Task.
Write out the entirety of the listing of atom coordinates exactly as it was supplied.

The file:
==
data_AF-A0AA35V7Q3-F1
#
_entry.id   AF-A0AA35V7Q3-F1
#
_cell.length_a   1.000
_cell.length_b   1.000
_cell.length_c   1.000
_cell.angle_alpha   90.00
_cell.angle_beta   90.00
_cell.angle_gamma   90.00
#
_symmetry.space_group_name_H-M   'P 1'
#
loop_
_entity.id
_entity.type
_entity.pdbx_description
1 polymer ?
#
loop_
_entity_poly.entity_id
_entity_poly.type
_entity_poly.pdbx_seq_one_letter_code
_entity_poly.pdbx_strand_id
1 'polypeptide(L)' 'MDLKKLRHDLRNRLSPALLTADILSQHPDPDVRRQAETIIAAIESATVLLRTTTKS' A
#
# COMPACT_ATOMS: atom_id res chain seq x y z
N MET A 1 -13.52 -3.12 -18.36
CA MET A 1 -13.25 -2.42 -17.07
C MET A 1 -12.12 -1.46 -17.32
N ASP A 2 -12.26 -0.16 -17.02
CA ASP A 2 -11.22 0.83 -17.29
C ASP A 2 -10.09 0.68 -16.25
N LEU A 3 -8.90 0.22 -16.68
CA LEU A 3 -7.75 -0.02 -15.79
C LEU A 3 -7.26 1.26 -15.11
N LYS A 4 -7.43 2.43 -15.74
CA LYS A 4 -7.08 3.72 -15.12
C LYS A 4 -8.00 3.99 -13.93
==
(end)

data_AF-A0AA35V7Q3-F1
#
_entry.id   AF-A0AA35V7Q3-F1
#
_cell.length_a   1.000
_cell.length_b   1.000
_cell.length_c   1.000
_cell.angle_alpha   90.00
_cell.angle_beta   90.00
_cell.angle_gamma   90.00
#
_symmetry.space_group_name_H-M   'P 1'
#
loop_
_entity.id
_entity.type
_entity.pdbx_description
1 polymer ?
#
loop_
_entity_poly.entity_id
_entity_poly.type
_entity_poly.pdbx_seq_one_letter_code
_entity_poly.pdbx_strand_id
1 'polypeptide(L)' 'MDLKKLRHDLRNRLSPALLTADILSQHPDPDVRRQAETIIAAIESATVLLRTTTKS' A
#
# COMPACT_ATOMS: atom_id res chain seq x y z
N MET A 1 -13.52 -3.12 -18.36
CA MET A 1 -13.25 -2.42 -17.07
C MET A 1 -12.12 -1.46 -17.32
N ASP A 2 -12.26 -0.16 -17.02
CA ASP A 2 -11.22 0.83 -17.29
C ASP A 2 -10.09 0.68 -16.25
N LEU A 3 -8.90 0.22 -16.68
CA LEU A 3 -7.75 -0.02 -15.79
C LEU A 3 -7.26 1.26 -15.11
N LYS A 4 -7.43 2.43 -15.74
CA LYS A 4 -7.08 3.72 -15.12
C LYS A 4 -8.00 3.99 -13.93